Mostly, it feels like I’ve been standing in line at Ulta.
Do you notice how there are always about fifteen people working there, yet there is always a line to the back of the store? Hate. Shout out to my new favorite eyebrow pencil, however: Anastasia Brow Wiz in Caramel.
But what I’ve been doing? Teaching. Cat snuggling. Books, and walking to podcasts. Oh, and a short Super-Bowl-avoidance shopping trip.
What am I not doing? I think that’s more interesting–at least to me. Most of my worry time is devoted to it, anyway. Since December, I haven’t written any fiction. Zip. I tried once and all I got was two confused pages.
I feel like such a loser. Way to use your MFA, HSP. I sent my friend Faye a letter the other day, and I whined about this for about two pages (yep, I totally could have put that time to good use writing a damn story–or, you know, this time I’m using right here to blog). But I’m struggling to get a story out. Really struggling. Anything.
Why is this? I have all kinds of excuses. The first is that I have been really busy with review work–a blessing, the best, happiest kind of blessing–but this is also a time of change. I haven’t found equilibrium yet. Damn if I’m not predictable about what sets me spinning.
Excuse #2: My whole family has been sick. Fortunately (and it’s just a teensy bit hard to admit this, but I will) I didn’t get as sick as the rest of them because I was the only one who had a flu shot. But one or another of us has been down for about three weeks. Lots of missed work for sickies. I’ve also had some ladyparts problems again, which has meant a shitton of doctors appointments of one kind or another. And a lot of laying down while they put me into giant tubes (nothing wrong, just a hassle, and time). While it’s been a time of gratitude about our double medical insurance, it hasn’t been my most productive moment for the written word.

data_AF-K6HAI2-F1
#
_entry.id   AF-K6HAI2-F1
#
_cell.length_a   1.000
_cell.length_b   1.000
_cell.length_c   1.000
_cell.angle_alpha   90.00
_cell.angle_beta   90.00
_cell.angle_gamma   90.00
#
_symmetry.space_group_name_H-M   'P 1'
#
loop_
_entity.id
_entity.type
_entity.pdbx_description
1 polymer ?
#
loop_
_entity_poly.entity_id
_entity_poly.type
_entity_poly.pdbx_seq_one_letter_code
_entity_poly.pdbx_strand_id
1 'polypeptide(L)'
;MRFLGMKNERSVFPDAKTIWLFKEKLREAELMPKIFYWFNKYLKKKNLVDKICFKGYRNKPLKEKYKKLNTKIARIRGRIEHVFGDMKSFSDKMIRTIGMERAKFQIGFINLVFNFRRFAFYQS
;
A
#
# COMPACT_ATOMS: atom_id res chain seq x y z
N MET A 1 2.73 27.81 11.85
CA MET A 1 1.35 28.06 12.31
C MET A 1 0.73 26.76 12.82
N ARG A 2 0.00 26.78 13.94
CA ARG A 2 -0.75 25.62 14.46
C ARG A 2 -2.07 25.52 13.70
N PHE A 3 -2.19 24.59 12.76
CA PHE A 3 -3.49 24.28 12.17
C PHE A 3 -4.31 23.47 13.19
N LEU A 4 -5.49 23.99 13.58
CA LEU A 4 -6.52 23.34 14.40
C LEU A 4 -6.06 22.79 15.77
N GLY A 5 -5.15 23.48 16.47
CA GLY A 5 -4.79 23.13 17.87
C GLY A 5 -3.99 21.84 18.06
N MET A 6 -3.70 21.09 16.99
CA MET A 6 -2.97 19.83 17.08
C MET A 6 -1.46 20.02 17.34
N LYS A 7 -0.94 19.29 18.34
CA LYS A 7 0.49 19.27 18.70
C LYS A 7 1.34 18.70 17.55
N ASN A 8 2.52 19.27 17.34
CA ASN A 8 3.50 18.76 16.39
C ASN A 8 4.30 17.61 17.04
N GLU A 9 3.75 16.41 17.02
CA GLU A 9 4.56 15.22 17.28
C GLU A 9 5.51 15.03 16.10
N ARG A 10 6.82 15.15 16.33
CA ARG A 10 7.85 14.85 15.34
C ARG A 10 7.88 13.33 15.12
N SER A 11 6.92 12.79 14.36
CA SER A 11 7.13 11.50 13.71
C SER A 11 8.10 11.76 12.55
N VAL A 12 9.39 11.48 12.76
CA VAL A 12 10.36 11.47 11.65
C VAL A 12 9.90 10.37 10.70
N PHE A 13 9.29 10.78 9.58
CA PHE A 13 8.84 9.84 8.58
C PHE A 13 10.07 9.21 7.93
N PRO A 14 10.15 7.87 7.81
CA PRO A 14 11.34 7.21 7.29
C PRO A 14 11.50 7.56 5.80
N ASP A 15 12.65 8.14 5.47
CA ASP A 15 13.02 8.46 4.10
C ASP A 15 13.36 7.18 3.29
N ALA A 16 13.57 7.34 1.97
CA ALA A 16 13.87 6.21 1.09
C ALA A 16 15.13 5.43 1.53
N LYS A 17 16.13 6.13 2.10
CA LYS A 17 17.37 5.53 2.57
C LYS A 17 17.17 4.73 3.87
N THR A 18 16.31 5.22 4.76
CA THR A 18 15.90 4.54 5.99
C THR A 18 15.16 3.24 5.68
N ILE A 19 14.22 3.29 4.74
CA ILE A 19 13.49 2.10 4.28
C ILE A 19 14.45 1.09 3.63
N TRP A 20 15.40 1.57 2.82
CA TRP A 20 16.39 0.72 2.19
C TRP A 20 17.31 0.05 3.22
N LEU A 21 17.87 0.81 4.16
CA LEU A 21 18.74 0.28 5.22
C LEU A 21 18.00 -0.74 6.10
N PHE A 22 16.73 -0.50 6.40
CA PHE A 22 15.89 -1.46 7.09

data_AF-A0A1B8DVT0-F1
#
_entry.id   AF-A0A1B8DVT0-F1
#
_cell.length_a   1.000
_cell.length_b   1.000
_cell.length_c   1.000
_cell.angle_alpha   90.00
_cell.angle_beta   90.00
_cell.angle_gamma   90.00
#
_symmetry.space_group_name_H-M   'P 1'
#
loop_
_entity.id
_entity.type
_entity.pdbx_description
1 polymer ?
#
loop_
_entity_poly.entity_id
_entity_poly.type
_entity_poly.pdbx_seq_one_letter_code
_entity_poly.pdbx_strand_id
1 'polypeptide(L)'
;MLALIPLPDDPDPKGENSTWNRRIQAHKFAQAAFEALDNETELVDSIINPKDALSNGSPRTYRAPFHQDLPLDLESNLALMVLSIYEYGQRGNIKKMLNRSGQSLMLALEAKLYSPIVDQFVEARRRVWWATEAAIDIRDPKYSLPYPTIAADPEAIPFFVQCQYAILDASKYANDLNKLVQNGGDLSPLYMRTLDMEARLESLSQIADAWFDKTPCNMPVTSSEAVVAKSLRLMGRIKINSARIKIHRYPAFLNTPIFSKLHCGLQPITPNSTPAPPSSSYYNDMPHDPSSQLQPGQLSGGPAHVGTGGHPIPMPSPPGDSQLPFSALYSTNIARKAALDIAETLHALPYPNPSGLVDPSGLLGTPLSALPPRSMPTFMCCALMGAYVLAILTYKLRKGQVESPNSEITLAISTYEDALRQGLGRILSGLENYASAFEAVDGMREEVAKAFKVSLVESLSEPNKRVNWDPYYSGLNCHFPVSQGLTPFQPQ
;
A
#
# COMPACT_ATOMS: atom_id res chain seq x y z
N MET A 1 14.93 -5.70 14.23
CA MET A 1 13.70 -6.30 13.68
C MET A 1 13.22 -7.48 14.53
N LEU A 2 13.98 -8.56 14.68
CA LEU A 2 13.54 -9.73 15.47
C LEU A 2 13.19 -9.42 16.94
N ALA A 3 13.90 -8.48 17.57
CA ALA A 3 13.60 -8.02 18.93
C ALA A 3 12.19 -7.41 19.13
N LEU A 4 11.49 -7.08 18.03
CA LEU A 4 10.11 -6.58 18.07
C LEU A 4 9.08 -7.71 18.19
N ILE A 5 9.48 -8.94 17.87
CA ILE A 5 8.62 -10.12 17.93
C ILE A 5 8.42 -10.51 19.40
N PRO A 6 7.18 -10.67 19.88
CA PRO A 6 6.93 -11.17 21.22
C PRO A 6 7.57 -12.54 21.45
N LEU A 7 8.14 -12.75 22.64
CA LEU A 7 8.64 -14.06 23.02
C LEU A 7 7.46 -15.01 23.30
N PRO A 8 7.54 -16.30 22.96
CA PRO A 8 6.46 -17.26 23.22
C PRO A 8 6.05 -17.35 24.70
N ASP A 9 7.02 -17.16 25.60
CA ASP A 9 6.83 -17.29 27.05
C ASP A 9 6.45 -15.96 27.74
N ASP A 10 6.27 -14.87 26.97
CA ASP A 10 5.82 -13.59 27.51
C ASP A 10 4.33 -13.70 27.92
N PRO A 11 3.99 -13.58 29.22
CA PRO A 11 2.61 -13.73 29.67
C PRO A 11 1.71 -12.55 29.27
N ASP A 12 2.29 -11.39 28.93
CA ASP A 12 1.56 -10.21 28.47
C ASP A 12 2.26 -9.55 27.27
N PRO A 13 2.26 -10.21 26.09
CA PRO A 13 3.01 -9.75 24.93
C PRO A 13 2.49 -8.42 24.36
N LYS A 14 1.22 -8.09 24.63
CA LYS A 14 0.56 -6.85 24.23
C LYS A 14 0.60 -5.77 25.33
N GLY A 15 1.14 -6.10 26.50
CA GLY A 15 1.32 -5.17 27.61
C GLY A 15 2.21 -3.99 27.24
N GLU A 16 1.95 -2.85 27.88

Excuse #3: I’m trying to lose weight, which means I hate everything.
But so what, Whineypants. I know. None of that matters when it comes to what I want for myself. Do I want to be a writer of fiction? I do. And if I do, that means putting my money where my mouth is. Or maybe a more apt way to say it is that it means putting my butt into my chair. Making myself write the stories that I know I need to tell. Something. I haven’t figured it out yet. I like systems, and for this I don’t have one. Fiction feels like it needs space — in my head and in my day. I haven’t found that. Not that kind, at least.
Don’t get me wrong. Things are good. I have work. I have a routine. I have a way to make it work with my day job and my family. I have myself figured out when it comes to reviewing, and I just recently found my maximum capacity. That’s a strength, in a way, to know how much you can and cannot handle. Now I do.
But this is how it is: the job of critic will always come with crises of confidence. I go along fine, read-read-read, write-write-write, and then I get another wave of who am I to say what I think about a book? Nobody cares about you, English teacher who still lives in the town where she went to high school. That feeling is stronger from time to time and I know to ride it out — it eventually passes. But lately I wonder if I can be a critic if I’m not also walking the walk. If I’m not putting my words on the page, if I’m not sending out stories, do I even get to write about what other people have done? This is just a different kind of worry.
So that’s where I am this week. What I am doing? It’s not work. Not the right kind, at least.